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He rode the bus and loved to tango

Pope Francis first pontiff from Americas

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VATICAN CITY -- On the streets in Buenos Aires, the stories about the cardinal who would become the first pope from the Americas often include a very ordinary backdrop: the city bus during rush hour.

Tales are traded about chatting with Archbishop Jorge Bergoglio as he squeezed in with others for the commute to work. They sometimes talked about church affairs. Other times it could be about what he planned to cook for dinner in the simple downtown apartment he chose over an opulent church estate. Or perhaps it was a mention of his affection for the tango, which he said he loved as a youth despite having one lung removed following an infection.

On the balcony of St. Peter's Basilica just after a rain shower Wednesday -- wearing unadorned white robes -- the new Pope Francis also appeared to strike the same tone of simplicity and pastoral humility for a church desperate to move past the tarnished era of abuse scandals and internal Vatican upheavals.

While the new pontiff is not without some political baggage -- including questions over his role during a military dictatorship in Argentina in the 1970s -- the selection of the 76-year-old Bergoglio reflected a series of history-making decisions by fellow cardinals who seemed determined to offer a suggestion of renewal to a church under pressures on many fronts.

"He is a real voice for the voiceless and vulnerable," said Kim Daniels, director of Catholic Voices USA, a pro-church group. "That is the message."

Pope Francis -- the first from Latin America and the first from the Jesuit order -- bowed to the crowds in St. Peter's Square and asked for their blessing in a hint of the humble style he cultivated while trying to modernize Argentina's conservative Catholic church and move past a messy legacy of alleged complicity during the rule of the military junta from 1976 to 1983.

"Brothers and sisters, good evening," he said before making a reference to his roots in Latin America, which accounts for about 40 per cent of the world's Roman Catholics.

Francis, the son of middle-class Italian immigrants, came close to becoming Pope during the last conclave in 2005. He reportedly gained the second-highest vote total in several rounds of voting before he bowed out of the running before selection of Vatican insider Joseph Ratzinger, who became Pope Benedict XVI.

By returning to Bergoglio, the conclave confounded speculation it would turn to a younger candidate more attuned to younger elements in the church and with possibly more stamina for the rigours of the modern papacy with nearly nonstop obligations and frequent global travel. Pope Francis appears in good health, but his age and possible limitations from his single lung raise questions about whether he can face the demands of the position.

His overriding image, though, is built around his leaning toward austerity. The motto chosen for his archdiocese is "Miserando Atque Eligendo," or "Lowly but Chosen."

Even after he became Argentina's top church official in 2001, he never lived in the ornate church mansion where Pope John Paul II stayed when visiting the country, preferring a simple bed in a downtown building, warmed by a small stove on frigid weekends when the building turned off the heat.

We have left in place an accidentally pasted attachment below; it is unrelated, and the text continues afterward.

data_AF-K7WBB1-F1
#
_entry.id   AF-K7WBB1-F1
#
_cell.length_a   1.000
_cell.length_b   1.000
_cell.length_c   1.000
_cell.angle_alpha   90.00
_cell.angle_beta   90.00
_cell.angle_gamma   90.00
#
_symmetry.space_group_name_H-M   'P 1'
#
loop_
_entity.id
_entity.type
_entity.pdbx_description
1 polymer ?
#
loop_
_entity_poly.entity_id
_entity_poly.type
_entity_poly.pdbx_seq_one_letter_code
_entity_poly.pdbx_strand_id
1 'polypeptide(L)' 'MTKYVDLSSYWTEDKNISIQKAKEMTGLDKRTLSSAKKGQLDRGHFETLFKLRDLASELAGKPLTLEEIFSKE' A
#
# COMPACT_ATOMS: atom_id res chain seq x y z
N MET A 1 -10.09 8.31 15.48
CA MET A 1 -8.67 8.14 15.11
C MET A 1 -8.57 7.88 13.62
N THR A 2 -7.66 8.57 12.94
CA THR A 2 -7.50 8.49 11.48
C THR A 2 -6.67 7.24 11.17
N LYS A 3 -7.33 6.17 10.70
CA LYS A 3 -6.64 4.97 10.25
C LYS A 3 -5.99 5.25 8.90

He accused fellow church leaders of hypocrisy and forgetting Jesus Christ bathed lepers and ate with prostitutes.

"Jesus teaches us another way: Go out. Go out and share your testimony. Go out and interact with your brothers. Go out and share. Go out and ask. Become the Word in body as well as spirit," Bergoglio told Argentina's priests last year.

Bergoglio almost never granted media interviews, limiting himself to speeches from the pulpit, and was reluctant to contradict his critics, even when he knew their allegations against him were false, said Bergoglio's authorized biographer, Sergio Rubin.

Bergoglio's legacy as cardinal includes his efforts to repair the reputation of a church that lost many followers by failing to openly challenge Argentina's dictatorship. He also worked to recover the church's traditional political influence in society, but his outspoken criticism of President Cristina Fernandez couldn't stop her from imposing socially liberal measures, from gay marriage and adoption to free contraceptives for all.

-- The Associated Press

What's in a name? Hope for change

VATICAN CITY -- In choosing a name no other pope had ever taken, Pope Francis could be signalling he sees the need for change in the Roman Catholic Church.

The name recalls two of the church's most famous saints.

One is Francis of Assisi, the man from the Umbrian hill town who renounced a wealthy, dissolute lifestyle to found the Franciscan order of friars in 1209, embracing a life of poverty and simplicity and going out in the countryside to preach a message of joy and peace.

The other is Francis Xavier, a globe-trotting Spaniard who became one of Christianity's greatest missionaries and was a founding figure of the Jesuit order, of which the new Pope is a member.

Pope Francis didn't cite either of those famous men when he made his first public speech as pontiff on Wednesday night, but within an hour of his presentation to the world from the central balcony of St. Peter's Basilica, his choice of name was being hailed as heralding what could be his priorities at the helm of a troubled church.

Umbria's bishops sent congratulations in a message noting the new Pope had taken up name of the saint of Assisi, one of Italy's patron saints who in his time sought to "renew the church."

-- The Associated Press

Republished from the Winnipeg Free Press print edition March 14, 2013 A5

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